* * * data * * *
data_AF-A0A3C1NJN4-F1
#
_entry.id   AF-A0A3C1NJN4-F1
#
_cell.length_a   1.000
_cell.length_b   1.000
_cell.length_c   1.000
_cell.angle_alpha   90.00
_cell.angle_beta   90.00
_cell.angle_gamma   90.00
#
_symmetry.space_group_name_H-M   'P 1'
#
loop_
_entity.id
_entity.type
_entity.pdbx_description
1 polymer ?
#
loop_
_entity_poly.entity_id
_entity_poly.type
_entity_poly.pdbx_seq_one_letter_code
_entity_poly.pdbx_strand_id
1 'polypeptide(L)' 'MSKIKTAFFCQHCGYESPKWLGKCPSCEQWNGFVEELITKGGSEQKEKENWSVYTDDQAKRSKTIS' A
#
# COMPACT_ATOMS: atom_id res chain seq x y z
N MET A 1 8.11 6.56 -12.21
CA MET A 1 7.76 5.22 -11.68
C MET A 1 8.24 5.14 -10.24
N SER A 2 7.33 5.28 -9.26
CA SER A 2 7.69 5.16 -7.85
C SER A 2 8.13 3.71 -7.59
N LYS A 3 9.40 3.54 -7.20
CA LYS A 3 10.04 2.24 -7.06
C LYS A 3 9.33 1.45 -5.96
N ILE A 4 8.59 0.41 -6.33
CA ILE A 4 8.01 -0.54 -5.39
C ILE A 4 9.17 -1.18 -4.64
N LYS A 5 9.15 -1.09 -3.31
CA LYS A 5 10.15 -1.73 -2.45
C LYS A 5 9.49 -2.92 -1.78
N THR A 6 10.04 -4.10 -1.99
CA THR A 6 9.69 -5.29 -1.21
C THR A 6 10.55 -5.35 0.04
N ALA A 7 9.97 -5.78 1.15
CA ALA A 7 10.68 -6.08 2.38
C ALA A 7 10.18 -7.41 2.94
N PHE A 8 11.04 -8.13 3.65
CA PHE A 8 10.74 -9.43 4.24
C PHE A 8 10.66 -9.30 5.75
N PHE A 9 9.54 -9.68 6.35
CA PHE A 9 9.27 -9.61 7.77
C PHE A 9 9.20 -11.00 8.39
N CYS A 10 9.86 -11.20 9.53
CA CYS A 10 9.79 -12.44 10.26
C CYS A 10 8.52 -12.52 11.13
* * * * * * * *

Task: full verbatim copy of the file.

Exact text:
data_AF-A0A3C1NJN4-F1
#
_entry.id   AF-A0A3C1NJN4-F1
#
_cell.length_a   1.000
_cell.length_b   1.000
_cell.length_c   1.000
_cell.angle_alpha   90.00
_cell.angle_beta   90.00
_cell.angle_gamma   90.00
#
_symmetry.space_group_name_H-M   'P 1'
#
loop_
_entity.id
_entity.type
_entity.pdbx_description
1 polymer ?
#
loop_
_entity_poly.entity_id
_entity_poly.type
_entity_poly.pdbx_seq_one_letter_code
_entity_poly.pdbx_strand_id
1 'polypeptide(L)' 'MSKIKTAFFCQHCGYESPKWLGKCPSCEQWNGFVEELITKGGSEQKEKENWSVYTDDQAKRSKTIS' A
#
# COMPACT_ATOMS: atom_id res chain seq x y z
N MET A 1 8.11 6.56 -12.21
CA MET A 1 7.76 5.22 -11.68
C MET A 1 8.24 5.14 -10.24
N SER A 2 7.33 5.28 -9.26
CA SER A 2 7.69 5.16 -7.85
C SER A 2 8.13 3.71 -7.59
N LYS A 3 9.40 3.54 -7.20
CA LYS A 3 10.04 2.24 -7.06
C LYS A 3 9.33 1.45 -5.96
N ILE A 4 8.59 0.41 -6.33
CA ILE A 4 8.01 -0.54 -5.39
C ILE A 4 9.17 -1.18 -4.64
N LYS A 5 9.15 -1.09 -3.31
CA LYS A 5 10.15 -1.73 -2.45
C LYS A 5 9.49 -2.92 -1.78
N THR A 6 10.04 -4.10 -1.99
CA THR A 6 9.69 -5.29 -1.21
C THR A 6 10.55 -5.35 0.04
N ALA A 7 9.97 -5.78 1.15
CA ALA A 7 10.68 -6.08 2.38
C ALA A 7 10.18 -7.41 2.94
N PHE A 8 11.04 -8.13 3.65
CA PHE A 8 10.74 -9.43 4.24
C PHE A 8 10.66 -9.30 5.75
N PHE A 9 9.54 -9.68 6.35
CA PHE A 9 9.27 -9.61 7.77
C PHE A 9 9.20 -11.00 8.39
N CYS A 10 9.86 -11.20 9.53
CA CYS A 10 9.79 -12.44 10.26
C CYS A 10 8.52 -12.52 11.13